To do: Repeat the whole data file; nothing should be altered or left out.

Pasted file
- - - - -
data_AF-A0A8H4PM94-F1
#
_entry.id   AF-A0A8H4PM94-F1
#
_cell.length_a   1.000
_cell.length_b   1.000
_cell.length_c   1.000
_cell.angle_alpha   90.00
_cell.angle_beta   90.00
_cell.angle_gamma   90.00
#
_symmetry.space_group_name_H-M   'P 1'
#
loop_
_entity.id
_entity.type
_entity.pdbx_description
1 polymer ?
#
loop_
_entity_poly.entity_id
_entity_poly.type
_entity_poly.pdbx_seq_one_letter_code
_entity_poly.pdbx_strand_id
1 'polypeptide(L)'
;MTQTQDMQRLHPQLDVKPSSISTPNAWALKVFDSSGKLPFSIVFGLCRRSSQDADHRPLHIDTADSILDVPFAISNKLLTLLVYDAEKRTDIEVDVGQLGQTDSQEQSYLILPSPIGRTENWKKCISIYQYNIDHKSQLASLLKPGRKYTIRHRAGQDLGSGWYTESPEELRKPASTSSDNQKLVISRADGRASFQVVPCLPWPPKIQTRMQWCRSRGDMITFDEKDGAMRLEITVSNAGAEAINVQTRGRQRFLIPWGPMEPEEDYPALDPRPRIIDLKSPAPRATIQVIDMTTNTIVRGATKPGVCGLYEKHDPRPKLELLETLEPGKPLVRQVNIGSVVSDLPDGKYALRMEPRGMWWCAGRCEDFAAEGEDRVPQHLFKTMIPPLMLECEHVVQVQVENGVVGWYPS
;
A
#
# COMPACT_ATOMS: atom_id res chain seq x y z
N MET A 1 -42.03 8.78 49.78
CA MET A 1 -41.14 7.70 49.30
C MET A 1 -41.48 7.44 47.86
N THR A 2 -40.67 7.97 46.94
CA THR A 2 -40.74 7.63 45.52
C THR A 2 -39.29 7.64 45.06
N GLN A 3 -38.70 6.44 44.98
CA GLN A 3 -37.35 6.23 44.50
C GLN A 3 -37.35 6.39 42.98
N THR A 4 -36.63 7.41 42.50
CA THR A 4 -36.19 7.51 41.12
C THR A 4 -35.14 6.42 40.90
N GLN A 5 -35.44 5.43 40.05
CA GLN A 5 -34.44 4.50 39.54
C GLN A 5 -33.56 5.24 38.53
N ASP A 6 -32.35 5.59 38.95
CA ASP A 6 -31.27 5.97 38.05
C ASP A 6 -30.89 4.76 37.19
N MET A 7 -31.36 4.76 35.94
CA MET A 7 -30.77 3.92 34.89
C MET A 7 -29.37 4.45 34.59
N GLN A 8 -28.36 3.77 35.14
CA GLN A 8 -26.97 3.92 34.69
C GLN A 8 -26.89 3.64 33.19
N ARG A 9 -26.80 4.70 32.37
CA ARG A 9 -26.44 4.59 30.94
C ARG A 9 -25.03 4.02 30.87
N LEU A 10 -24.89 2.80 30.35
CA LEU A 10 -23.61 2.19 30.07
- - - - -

data_AF-A0A8H4PM94-F1
#
_entry.id   AF-A0A8H4PM94-F1
#
_cell.length_a   1.000
_cell.length_b   1.000
_cell.length_c   1.000
_cell.angle_alpha   90.00
_cell.angle_beta   90.00
_cell.angle_gamma   90.00
#
_symmetry.space_group_name_H-M   'P 1'
#
loop_
_entity.id
_entity.type
_entity.pdbx_description
1 polymer ?
#
loop_
_entity_poly.entity_id
_entity_poly.type
_entity_poly.pdbx_seq_one_letter_code
_entity_poly.pdbx_strand_id
1 'polypeptide(L)'
;MTQTQDMQRLHPQLDVKPSSISTPNAWALKVFDSSGKLPFSIVFGLCRRSSQDADHRPLHIDTADSILDVPFAISNKLLTLLVYDAEKRTDIEVDVGQLGQTDSQEQSYLILPSPIGRTENWKKCISIYQYNIDHKSQLASLLKPGRKYTIRHRAGQDLGSGWYTESPEELRKPASTSSDNQKLVISRADGRASFQVVPCLPWPPKIQTRMQWCRSRGDMITFDEKDGAMRLEITVSNAGAEAINVQTRGRQRFLIPWGPMEPEEDYPALDPRPRIIDLKSPAPRATIQVIDMTTNTIVRGATKPGVCGLYEKHDPRPKLELLETLEPGKPLVRQVNIGSVVSDLPDGKYALRMEPRGMWWCAGRCEDFAAEGEDRVPQHLFKTMIPPLMLECEHVVQVQVENGVVGWYPS
;
A
#
# COMPACT_ATOMS: atom_id res chain seq x y z
N MET A 1 -42.03 8.78 49.78
CA MET A 1 -41.14 7.70 49.30
C MET A 1 -41.48 7.44 47.86
N THR A 2 -40.67 7.97 46.94
CA THR A 2 -40.74 7.63 45.52
C THR A 2 -39.29 7.64 45.06
N GLN A 3 -38.70 6.44 44.98
CA GLN A 3 -37.35 6.23 44.50
C GLN A 3 -37.35 6.39 42.98
N THR A 4 -36.63 7.41 42.50
CA THR A 4 -36.19 7.51 41.12
C THR A 4 -35.14 6.42 40.90
N GLN A 5 -35.44 5.43 40.05
CA GLN A 5 -34.44 4.50 39.54
C GLN A 5 -33.56 5.24 38.53
N ASP A 6 -32.35 5.59 38.95
CA ASP A 6 -31.27 5.97 38.05
C ASP A 6 -30.89 4.76 37.19
N MET A 7 -31.36 4.76 35.94
CA MET A 7 -30.77 3.92 34.89
C MET A 7 -29.37 4.45 34.59
N GLN A 8 -28.36 3.77 35.14
CA GLN A 8 -26.97 3.92 34.69
C GLN A 8 -26.89 3.64 33.19
N ARG A 9 -26.80 4.70 32.37
CA ARG A 9 -26.44 4.59 30.94
C ARG A 9 -25.03 4.02 30.87
N LEU A 10 -24.89 2.80 30.35
CA LEU A 10 -23.61 2.19 30.07